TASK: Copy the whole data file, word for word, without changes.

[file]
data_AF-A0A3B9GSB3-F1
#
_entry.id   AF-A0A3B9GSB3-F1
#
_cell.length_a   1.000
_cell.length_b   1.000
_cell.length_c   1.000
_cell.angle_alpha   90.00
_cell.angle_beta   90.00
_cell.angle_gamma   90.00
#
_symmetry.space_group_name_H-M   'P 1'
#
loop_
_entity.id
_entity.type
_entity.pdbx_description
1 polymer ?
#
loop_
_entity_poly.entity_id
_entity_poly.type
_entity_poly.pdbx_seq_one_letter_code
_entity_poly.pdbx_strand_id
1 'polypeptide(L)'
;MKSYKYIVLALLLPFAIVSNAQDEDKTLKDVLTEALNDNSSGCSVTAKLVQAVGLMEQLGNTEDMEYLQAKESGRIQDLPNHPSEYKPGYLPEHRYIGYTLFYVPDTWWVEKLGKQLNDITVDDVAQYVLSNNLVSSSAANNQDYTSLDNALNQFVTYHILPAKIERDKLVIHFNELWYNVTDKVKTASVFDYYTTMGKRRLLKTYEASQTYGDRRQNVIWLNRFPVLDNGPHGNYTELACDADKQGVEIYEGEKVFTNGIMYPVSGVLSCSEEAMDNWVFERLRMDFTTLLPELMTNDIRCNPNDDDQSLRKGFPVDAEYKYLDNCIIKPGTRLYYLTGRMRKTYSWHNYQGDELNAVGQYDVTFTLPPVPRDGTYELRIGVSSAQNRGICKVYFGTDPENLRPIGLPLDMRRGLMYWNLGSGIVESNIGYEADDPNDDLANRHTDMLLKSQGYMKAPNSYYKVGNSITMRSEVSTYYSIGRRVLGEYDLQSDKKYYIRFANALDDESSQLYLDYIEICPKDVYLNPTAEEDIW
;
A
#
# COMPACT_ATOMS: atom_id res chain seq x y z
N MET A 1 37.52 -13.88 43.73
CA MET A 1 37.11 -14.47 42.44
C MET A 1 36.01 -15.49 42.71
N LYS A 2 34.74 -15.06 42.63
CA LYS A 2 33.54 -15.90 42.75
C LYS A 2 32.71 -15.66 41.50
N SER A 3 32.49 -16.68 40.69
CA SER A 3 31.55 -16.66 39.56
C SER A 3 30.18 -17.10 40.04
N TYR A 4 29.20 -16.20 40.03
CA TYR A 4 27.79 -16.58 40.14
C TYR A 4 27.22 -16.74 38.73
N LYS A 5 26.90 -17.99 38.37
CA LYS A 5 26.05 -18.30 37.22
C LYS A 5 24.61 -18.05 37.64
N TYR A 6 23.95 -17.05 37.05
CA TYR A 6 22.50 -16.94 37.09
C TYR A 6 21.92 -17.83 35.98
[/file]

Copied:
data_AF-A0A3B9GSB3-F1
#
_entry.id   AF-A0A3B9GSB3-F1
#
_cell.length_a   1.000
_cell.length_b   1.000
_cell.length_c   1.000
_cell.angle_alpha   90.00
_cell.angle_beta   90.00
_cell.angle_gamma   90.00
#
_symmetry.space_group_name_H-M   'P 1'
#
loop_
_entity.id
_entity.type
_entity.pdbx_description
1 polymer ?
#
loop_
_entity_poly.entity_id
_entity_poly.type
_entity_poly.pdbx_seq_one_letter_code
_entity_poly.pdbx_strand_id
1 'polypeptide(L)'
;MKSYKYIVLALLLPFAIVSNAQDEDKTLKDVLTEALNDNSSGCSVTAKLVQAVGLMEQLGNTEDMEYLQAKESGRIQDLPNHPSEYKPGYLPEHRYIGYTLFYVPDTWWVEKLGKQLNDITVDDVAQYVLSNNLVSSSAANNQDYTSLDNALNQFVTYHILPAKIERDKLVIHFNELWYNVTDKVKTASVFDYYTTMGKRRLLKTYEASQTYGDRRQNVIWLNRFPVLDNGPHGNYTELACDADKQGVEIYEGEKVFTNGIMYPVSGVLSCSEEAMDNWVFERLRMDFTTLLPELMTNDIRCNPNDDDQSLRKGFPVDAEYKYLDNCIIKPGTRLYYLTGRMRKTYSWHNYQGDELNAVGQYDVTFTLPPVPRDGTYELRIGVSSAQNRGICKVYFGTDPENLRPIGLPLDMRRGLMYWNLGSGIVESNIGYEADDPNDDLANRHTDMLLKSQGYMKAPNSYYKVGNSITMRSEVSTYYSIGRRVLGEYDLQSDKKYYIRFANALDDESSQLYLDYIEICPKDVYLNPTAEEDIW
;
A
#
# COMPACT_ATOMS: atom_id res chain seq x y z
N MET A 1 37.52 -13.88 43.73
CA MET A 1 37.11 -14.47 42.44
C MET A 1 36.01 -15.49 42.71
N LYS A 2 34.74 -15.06 42.63
CA LYS A 2 33.54 -15.90 42.75
C LYS A 2 32.71 -15.66 41.50
N SER A 3 32.49 -16.68 40.69
CA SER A 3 31.55 -16.66 39.56
C SER A 3 30.18 -17.10 40.04
N TYR A 4 29.20 -16.20 40.03
CA TYR A 4 27.79 -16.58 40.14
C TYR A 4 27.22 -16.74 38.73
N LYS A 5 26.90 -17.99 38.37
CA LYS A 5 26.05 -18.30 37.22
C LYS A 5 24.61 -18.05 37.64
N TYR A 6 23.95 -17.05 37.05
CA TYR A 6 22.50 -16.94 37.09
C TYR A 6 21.92 -17.83 35.98